Thinking big and collaborating to solve a major world challenge

Headshot of Deborah Waterhouse, CEO of ViiV Healthcare

Thinking big and collaborating to solve a major world challenge

Deborah Waterhouse, CEO of ViiV Healthcare, on the importance of being bold in driving innovation, performance and trust

3 minute read

“If you could see inside my head, you would see my thoughts flip between innovation, performance and trust pretty frequently,” says Deborah Waterhouse, CEO of specialist HIV company, ViiV Healthcare.

It’s a juggling act many CEOs will recognise - driving a strategy for long-term growth that creates value and builds trust for all stakeholders.

ViiV Healthcare develops medicines to treat and prevent the spread of HIV. Its singular purpose is to ensure no person living with HIV gets left behind. In pursuit of that mission, the company collaborates with a comprehensive list of governments, NGOs and businesses to make those drugs available and accessible worldwide. It also invests heavily in innovation.

“I think about innovation, first and foremost. Innovation will be vital to developing medicines to meet unmet medical needs in the HIV space and to ending the epidemic.”  

But as with all businesses, that innovation pipeline must be economically viable.

“So my second priority is performance,” says Waterhouse. “We're not running a charity, we're running a commercial business and we have to make sure we perform extremely well and deliver profit to our shareholders so they will keep investing in us and the work we do.”

The commercial nature of pharmaceutical firms has often been a source of public criticism and media negativity. But Waterhouse says the global response to the COVID-19 pandemic has helped reframe the debate and demonstrate the value and importance of a successful pharmaceutical industry. However, she doesn’t take for granted that such positive sentiment will endure without effort to maintain trust.

“You have to have the trust of external stakeholders, from patients, charities and communities to other global organisations focused on ending the epidemic or ensuring innovation is available across the world.”

But there remains a careful balance to be struck in protecting both access to affordable healthcare and intellectual property and commercial interests. For some stakeholders, the question of trust depends upon that balancing act.

For parts of the world such as sub-Saharan Africa, ViiV works with external partners and generic drug manufacturers to establish strong agreements that ensure medicines are accessible and affordable for those countries that need them most. These agreements help to ensure ViiV’s business model, which is based on flexible pricing and sustainable access, works. This allows ViiV to continue to be profitable and invest in further research and development.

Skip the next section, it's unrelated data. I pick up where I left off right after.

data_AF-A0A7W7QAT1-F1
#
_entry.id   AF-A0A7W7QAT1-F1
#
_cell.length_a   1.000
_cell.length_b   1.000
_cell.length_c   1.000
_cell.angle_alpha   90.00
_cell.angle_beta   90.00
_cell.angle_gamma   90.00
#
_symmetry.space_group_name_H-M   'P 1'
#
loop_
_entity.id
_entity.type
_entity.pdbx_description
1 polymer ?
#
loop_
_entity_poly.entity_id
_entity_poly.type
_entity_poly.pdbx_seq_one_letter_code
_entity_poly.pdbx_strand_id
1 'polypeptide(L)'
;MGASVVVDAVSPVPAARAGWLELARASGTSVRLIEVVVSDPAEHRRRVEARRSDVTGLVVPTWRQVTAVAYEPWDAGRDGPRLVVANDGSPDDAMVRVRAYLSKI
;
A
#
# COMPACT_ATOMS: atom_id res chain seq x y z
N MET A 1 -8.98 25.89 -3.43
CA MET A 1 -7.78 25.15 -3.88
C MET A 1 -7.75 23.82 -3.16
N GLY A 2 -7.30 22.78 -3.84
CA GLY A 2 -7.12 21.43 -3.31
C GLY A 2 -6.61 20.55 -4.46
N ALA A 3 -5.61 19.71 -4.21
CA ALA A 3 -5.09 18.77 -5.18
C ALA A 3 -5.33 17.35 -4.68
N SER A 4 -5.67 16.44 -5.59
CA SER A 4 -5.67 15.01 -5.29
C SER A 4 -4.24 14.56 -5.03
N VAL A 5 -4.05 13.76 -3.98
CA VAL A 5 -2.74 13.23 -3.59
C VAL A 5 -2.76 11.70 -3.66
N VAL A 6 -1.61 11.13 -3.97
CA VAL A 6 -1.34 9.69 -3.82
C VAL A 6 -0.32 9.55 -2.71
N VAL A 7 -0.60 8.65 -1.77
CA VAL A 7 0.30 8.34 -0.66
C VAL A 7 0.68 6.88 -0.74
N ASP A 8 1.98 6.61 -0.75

“We have to be bold, try new things and accept some risk,” says Waterhouse. “Because if all you do is think about risk then you wouldn't do anything. You wouldn't be audacious, you wouldn't think big, and you wouldn’t believe you can end the HIV epidemic.”

ViiV’s efforts are not only focused on innovation in medicine but also on addressing human behaviour and its impact on the effectiveness of those innovations. 

“If you become HIV positive today, your life expectancy is the same as somebody that's not living with HIV,” says Waterhouse. “In the 1980s, it used to be that life expectancy from diagnosis to death was about 18 months. But if you are taking effective medication, you can expect to live a long life.”

Waterhouse says ViiV works closely with patients, communities and charities such as The Elton John AIDS Foundation and Terrence Higgins Trust to tackle the persistent societal stigma that can prevent people from being tested and exploring their treatment options or sticking to their drug regimen.

ViiV is also working in creative ways to reshape the narrative around HIV. Waterhouse notes that imagery we see today of people living with HIV can still be quite bleak and negative. So ViiV worked with stock photography agency Shutterstock to create a bank of authentic stock images showing real people living happily and thriving with HIV.

The importance of collaboration is a point Waterhouse emphasises.

“Anybody that thinks they can deliver an amazing outcome alone, certainly in the world of healthcare, is kidding themselves. We've got all the right partners to make sure that together we can be successful, from academic partnerships to charities and communities.”

Drawing upon the skills and expertise of those partners is critical to success. But so is developing in-house talent. Waterhouse says a lot of recruits are attracted to ViiV because they want to be part of a purpose-led organisation. However, she says ViiV still encounters competition for talent in areas such as technology and data science.

Technology is an area Waterhouse is taking a greater personal interest in.

“I have a new learning area every year. This year, my learning area is to do a much deeper dive into the technology that will fundamentally change, not just my industry, but the way the world works.”

“As a CEO you've got to make enough time to step back, think, reflect, consider and learn,” she says. “You can't just be in the day job.”

Off the back of such reflection comes an admission that Waterhouse feels lucky to do the role she does.

“I get to do something I love. I get to make a difference, working side-by-side with incredible people to change the trajectory of a terrible disease.”

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Marco Amitrano ACA MCMI ChMC

Marco Amitrano ACA MCMI ChMC

Managing Partner & Head of Clients and Markets, PwC United Kingdom

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